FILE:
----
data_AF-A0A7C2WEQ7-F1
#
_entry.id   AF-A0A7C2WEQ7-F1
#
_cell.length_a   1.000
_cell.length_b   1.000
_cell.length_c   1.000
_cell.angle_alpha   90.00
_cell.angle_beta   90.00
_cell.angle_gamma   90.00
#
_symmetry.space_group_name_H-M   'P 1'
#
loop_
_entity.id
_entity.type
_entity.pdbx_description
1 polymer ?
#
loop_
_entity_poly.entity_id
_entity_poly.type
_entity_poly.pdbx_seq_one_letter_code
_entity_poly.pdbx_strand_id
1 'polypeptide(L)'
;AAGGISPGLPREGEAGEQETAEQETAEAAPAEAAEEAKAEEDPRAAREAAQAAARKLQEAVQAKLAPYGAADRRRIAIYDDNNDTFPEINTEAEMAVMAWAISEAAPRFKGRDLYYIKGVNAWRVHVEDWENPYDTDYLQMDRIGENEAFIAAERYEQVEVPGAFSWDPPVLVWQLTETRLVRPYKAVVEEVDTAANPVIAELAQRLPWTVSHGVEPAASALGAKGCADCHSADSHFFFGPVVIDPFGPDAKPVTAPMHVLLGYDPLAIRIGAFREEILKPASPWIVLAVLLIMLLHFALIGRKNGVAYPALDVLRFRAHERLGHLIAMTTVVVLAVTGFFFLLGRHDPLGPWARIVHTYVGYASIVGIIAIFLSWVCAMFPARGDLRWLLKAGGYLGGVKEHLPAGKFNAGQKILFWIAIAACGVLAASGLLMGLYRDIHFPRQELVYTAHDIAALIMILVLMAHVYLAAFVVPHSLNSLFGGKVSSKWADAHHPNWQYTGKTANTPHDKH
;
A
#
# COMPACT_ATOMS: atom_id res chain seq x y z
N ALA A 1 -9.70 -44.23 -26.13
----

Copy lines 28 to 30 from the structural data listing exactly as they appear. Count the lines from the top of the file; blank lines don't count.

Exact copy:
A
#
# COMPACT_ATOMS: atom_id res chain seq x y z